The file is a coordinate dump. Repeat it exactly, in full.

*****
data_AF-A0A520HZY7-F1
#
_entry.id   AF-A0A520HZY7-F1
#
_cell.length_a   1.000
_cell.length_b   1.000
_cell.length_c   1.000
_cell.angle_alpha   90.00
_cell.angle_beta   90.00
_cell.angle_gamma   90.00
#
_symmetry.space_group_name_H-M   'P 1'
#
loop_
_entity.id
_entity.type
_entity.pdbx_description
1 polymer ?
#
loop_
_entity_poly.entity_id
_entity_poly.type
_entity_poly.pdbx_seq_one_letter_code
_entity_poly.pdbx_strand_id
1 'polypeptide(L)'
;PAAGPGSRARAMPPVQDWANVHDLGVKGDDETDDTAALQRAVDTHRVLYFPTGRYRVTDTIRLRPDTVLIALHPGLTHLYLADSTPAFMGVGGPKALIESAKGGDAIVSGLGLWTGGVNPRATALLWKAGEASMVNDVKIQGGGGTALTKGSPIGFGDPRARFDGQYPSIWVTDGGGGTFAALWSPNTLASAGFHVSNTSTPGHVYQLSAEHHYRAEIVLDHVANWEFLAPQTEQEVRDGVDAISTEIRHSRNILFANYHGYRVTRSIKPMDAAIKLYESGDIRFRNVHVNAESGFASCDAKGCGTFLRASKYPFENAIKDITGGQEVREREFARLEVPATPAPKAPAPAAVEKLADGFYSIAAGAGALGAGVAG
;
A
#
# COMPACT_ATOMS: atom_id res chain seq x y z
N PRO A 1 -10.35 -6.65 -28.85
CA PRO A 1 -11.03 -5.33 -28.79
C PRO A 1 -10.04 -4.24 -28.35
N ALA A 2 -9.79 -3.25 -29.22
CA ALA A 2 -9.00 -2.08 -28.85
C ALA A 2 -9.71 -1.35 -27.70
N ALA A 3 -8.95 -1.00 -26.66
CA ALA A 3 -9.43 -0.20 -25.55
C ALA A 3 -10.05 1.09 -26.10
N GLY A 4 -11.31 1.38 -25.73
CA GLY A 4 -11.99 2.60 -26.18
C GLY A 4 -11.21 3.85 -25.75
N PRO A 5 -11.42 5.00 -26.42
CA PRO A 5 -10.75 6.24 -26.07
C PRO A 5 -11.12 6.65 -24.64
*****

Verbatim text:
data_AF-A0A520HZY7-F1
#
_entry.id   AF-A0A520HZY7-F1
#
_cell.length_a   1.000
_cell.length_b   1.000
_cell.length_c   1.000
_cell.angle_alpha   90.00
_cell.angle_beta   90.00
_cell.angle_gamma   90.00
#
_symmetry.space_group_name_H-M   'P 1'
#
loop_
_entity.id
_entity.type
_entity.pdbx_description
1 polymer ?
#
loop_
_entity_poly.entity_id
_entity_poly.type
_entity_poly.pdbx_seq_one_letter_code
_entity_poly.pdbx_strand_id
1 'polypeptide(L)'
;PAAGPGSRARAMPPVQDWANVHDLGVKGDDETDDTAALQRAVDTHRVLYFPTGRYRVTDTIRLRPDTVLIALHPGLTHLYLADSTPAFMGVGGPKALIESAKGGDAIVSGLGLWTGGVNPRATALLWKAGEASMVNDVKIQGGGGTALTKGSPIGFGDPRARFDGQYPSIWVTDGGGGTFAALWSPNTLASAGFHVSNTSTPGHVYQLSAEHHYRAEIVLDHVANWEFLAPQTEQEVRDGVDAISTEIRHSRNILFANYHGYRVTRSIKPMDAAIKLYESGDIRFRNVHVNAESGFASCDAKGCGTFLRASKYPFENAIKDITGGQEVREREFARLEVPATPAPKAPAPAAVEKLADGFYSIAAGAGALGAGVAG
;
A
#
# COMPACT_ATOMS: atom_id res chain seq x y z
N PRO A 1 -10.35 -6.65 -28.85
CA PRO A 1 -11.03 -5.33 -28.79
C PRO A 1 -10.04 -4.24 -28.35
N ALA A 2 -9.79 -3.25 -29.22
CA ALA A 2 -9.00 -2.08 -28.85
C ALA A 2 -9.71 -1.35 -27.70
N ALA A 3 -8.95 -1.00 -26.66
CA ALA A 3 -9.43 -0.20 -25.55
C ALA A 3 -10.05 1.09 -26.10
N GLY A 4 -11.31 1.38 -25.73
CA GLY A 4 -11.99 2.60 -26.18
C GLY A 4 -11.21 3.85 -25.75
N PRO A 5 -11.42 5.00 -26.42
CA PRO A 5 -10.75 6.24 -26.07
C PRO A 5 -11.12 6.65 -24.64